Austenitic stainless steels are used as key material in many industries such as food, chemical and oil-gas among others. This choice is due to their excellent corrosion resistance. Nevertheless, their poor tribological properties limit their use in many applications in which their corrosion behavior is looked for.
During last few decades, surface engineering has been growing in the field of plasma assisted techniques for hardening materials. Plasma nitriding of austenitic stainless steel yields surface hardening without producing sensitization, because it is a relatively low temperature diffusion technique.
Since 2010, in the frame of the European SUMA2 project and the binational project, the University of Saarland (Saarbrucken, Germany), the Leibniz Institute (Leipzig, Germany), INTEMA (Mar del Plata, Argentina) and the UTN-FRCU (Concepción del Uruguay, Argentina) have worked in collaboration to developed and characterize the successful nitriding of austenitic stainless steels by different plasma assisted techniques such as Plasma Immersion Ion Implantation (PI3), DC Pulsed Plasma Nitriding and Low Energy Ion Implantation (LEII)
XRD have been performed in order to characterize the structure of the surface layers. The nitriding process produces a shift of the gamma peak of the austenite to lower angles. This is attributed to a lattice expansion and distortion. Additionally, ToF SIMS evidenced a high concentration of nitrogen in the nitride layer.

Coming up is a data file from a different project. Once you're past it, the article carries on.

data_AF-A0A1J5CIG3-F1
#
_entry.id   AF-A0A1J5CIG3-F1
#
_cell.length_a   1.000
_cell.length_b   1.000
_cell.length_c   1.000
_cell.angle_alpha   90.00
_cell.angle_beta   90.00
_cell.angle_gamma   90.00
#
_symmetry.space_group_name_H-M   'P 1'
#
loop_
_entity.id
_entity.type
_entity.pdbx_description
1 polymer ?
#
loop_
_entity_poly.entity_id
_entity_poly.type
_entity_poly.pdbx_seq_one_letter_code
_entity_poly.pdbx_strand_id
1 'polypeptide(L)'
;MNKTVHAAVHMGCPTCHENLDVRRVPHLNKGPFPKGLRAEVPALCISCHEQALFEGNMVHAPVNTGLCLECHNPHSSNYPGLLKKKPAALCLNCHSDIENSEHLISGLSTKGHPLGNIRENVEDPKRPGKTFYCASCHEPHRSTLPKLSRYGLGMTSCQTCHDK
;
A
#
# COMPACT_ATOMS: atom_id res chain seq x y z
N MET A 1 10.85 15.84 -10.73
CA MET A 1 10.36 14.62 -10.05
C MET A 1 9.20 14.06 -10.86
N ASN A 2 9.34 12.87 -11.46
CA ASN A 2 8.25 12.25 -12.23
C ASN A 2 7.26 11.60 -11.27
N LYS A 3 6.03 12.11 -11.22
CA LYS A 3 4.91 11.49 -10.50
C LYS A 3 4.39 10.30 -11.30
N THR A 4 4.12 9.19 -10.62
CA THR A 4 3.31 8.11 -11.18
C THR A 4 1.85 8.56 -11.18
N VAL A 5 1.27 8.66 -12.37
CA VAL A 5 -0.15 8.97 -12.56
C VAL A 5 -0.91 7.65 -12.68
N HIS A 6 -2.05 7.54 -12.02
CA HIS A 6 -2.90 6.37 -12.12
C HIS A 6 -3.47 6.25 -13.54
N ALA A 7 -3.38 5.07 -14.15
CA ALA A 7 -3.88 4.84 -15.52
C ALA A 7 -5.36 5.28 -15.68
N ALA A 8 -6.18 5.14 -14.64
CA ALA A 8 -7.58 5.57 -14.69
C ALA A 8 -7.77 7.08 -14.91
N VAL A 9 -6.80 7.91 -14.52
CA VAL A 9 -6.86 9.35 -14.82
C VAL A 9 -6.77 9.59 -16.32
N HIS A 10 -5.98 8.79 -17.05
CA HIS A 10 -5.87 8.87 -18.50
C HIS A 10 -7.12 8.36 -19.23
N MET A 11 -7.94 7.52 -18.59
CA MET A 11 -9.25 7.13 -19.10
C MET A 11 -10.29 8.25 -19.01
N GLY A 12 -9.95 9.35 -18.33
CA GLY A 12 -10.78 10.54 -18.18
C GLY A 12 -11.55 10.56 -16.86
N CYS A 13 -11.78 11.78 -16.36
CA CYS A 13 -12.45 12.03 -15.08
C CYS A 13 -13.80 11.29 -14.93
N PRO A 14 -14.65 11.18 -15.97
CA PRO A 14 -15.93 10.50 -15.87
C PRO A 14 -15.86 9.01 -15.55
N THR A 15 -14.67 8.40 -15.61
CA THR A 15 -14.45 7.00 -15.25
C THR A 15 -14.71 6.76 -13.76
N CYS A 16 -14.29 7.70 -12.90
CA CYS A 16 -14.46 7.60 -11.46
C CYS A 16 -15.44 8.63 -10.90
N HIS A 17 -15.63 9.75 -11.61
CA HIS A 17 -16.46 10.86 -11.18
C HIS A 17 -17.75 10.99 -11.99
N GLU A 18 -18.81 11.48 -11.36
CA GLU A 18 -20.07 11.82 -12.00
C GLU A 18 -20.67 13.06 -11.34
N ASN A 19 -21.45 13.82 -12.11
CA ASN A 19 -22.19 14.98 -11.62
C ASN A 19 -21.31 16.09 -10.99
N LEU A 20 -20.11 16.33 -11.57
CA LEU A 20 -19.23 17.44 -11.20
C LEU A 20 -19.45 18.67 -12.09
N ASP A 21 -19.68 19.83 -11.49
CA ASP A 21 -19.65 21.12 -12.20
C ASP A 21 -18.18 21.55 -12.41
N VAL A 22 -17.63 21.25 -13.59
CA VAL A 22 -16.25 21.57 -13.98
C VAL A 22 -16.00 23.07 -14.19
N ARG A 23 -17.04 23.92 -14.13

The corrosion behavior was evaluated by means of anodic polarization curves, making a sweep in potential from open circuit potential to a breakdown potential, arbitrary chosen as the potential in which the current density reach 200 microA/cm2 (to assure the damage is enough to be detected and not too much to completely destroy the surface). Optical and electronic microscopy was used to characterize the attack morphology. Additionally, cross sections made by ion milling, using a FIB facility, evidenced the influence of the nonmetallic inclusions in the corrosion process of the nitrided steels.
Tribology and wear tests have been also carried out to determine the mechanical behavior of the different nitrided layers. Wear loss was determined and wear mechanisms are being discussed in relation to hardness and microstructure.